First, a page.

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The vandalised Prada Marfa sculptureVia Flickr / Will Milne

Prada Marfa targeted by guerrilla artist

The famous sculpture in Texas has been hit by a vandal calling himself the TOMS Marfa

The famous Prada Marfa sculpture sits just off Route 90, 60 kilometres away from the city of Marfa, Texas. If you're not familiar with it, it's basically a fake Prada shop, complete with fake Prada products, intended by Scandinavian artists Elmgreen and Dragset as a site-specific "sculptural intervention" that would be left to decay and finally be reclaimed by the wilderness. Early this week, a vandal calling himself the TOMS Marfa helped it on its way. (Yes, TOMS, as in the ethical shoe brand.)

According to Marfa Public Radio, the installation was hit early Sunday morning by vandals who spraypainted it blue, and in a bizarre twist, covered the sculpture in TOMS stickers along with a manifesto explaining the reasons for the attack.

The pamphlet reads: "TOMS Marfa will bring greater inspiration to comsumer Americans to give all they have to developing nations that suffer disease starvation and corruption. So long as you buy TOMS shoes, and endorse Jesus Christ as your savior, welcoming the 'white' him into your heart. So help you God, otherwise you're damned to hell".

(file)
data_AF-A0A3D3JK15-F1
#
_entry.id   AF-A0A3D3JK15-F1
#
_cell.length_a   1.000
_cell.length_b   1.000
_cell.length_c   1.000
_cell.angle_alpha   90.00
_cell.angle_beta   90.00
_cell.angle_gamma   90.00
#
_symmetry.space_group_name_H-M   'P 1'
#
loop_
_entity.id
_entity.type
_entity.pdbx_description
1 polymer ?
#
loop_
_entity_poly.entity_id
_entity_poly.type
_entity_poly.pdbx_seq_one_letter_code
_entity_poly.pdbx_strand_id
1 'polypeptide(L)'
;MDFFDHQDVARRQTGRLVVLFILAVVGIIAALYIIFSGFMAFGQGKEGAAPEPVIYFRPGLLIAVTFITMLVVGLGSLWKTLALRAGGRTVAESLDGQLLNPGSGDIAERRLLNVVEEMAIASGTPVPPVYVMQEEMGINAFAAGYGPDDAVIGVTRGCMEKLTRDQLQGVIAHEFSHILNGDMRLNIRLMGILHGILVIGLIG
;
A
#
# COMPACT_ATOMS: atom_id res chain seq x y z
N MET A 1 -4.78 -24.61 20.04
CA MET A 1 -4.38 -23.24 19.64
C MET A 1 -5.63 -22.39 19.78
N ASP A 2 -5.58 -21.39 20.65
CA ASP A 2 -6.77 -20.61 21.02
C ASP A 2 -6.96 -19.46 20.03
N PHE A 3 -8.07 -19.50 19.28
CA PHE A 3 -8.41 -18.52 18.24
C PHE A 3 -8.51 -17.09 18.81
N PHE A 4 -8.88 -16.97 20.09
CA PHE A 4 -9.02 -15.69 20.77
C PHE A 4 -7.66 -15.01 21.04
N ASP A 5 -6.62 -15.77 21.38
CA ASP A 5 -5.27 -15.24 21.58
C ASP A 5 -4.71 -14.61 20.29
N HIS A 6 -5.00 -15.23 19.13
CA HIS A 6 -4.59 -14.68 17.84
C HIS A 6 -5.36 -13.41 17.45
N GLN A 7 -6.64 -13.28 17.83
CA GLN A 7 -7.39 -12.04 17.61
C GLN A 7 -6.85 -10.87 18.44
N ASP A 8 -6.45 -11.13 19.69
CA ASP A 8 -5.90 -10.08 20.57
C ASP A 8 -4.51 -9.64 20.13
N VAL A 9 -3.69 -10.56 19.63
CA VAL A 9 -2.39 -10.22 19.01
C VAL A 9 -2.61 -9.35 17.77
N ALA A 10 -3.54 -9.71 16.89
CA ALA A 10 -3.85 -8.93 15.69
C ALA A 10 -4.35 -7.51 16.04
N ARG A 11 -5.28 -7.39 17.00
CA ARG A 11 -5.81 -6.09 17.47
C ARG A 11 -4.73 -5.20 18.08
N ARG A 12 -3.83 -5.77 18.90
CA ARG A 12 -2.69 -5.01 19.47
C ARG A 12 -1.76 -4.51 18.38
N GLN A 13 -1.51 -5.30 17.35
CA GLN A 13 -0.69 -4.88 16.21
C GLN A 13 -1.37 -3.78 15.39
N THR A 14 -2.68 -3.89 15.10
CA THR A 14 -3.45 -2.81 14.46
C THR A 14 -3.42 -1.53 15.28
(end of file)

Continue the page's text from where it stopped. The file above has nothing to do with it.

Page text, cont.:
An artist who goes by the name of 9271977 made contact with The Big Bend Sentinel yesterday to claim responsibility for the damage.

"Nothing wrong with all of it," he wrote. "Can’t wait for a proposal or call for art by the ‘art world.’ I wish that it was analyzed and investigated as an installation it was. Everything was hand selected, painted, built, researched. The quotes were powerful. The questioning of TOMS and the state of America was powerful."

This isn't the first time the Prada Marfa installation has been attacked by vandals. Three days after its completion in 2005, burglars broke into the store and made off with the counterfeit Prada shoes and purses.

"We are in no way affiliated with this incident," a TOMS spokesperson told Dazed. "We were disheartened to see the vandalism of the Prada Marfa installation and the impact it has had on the community."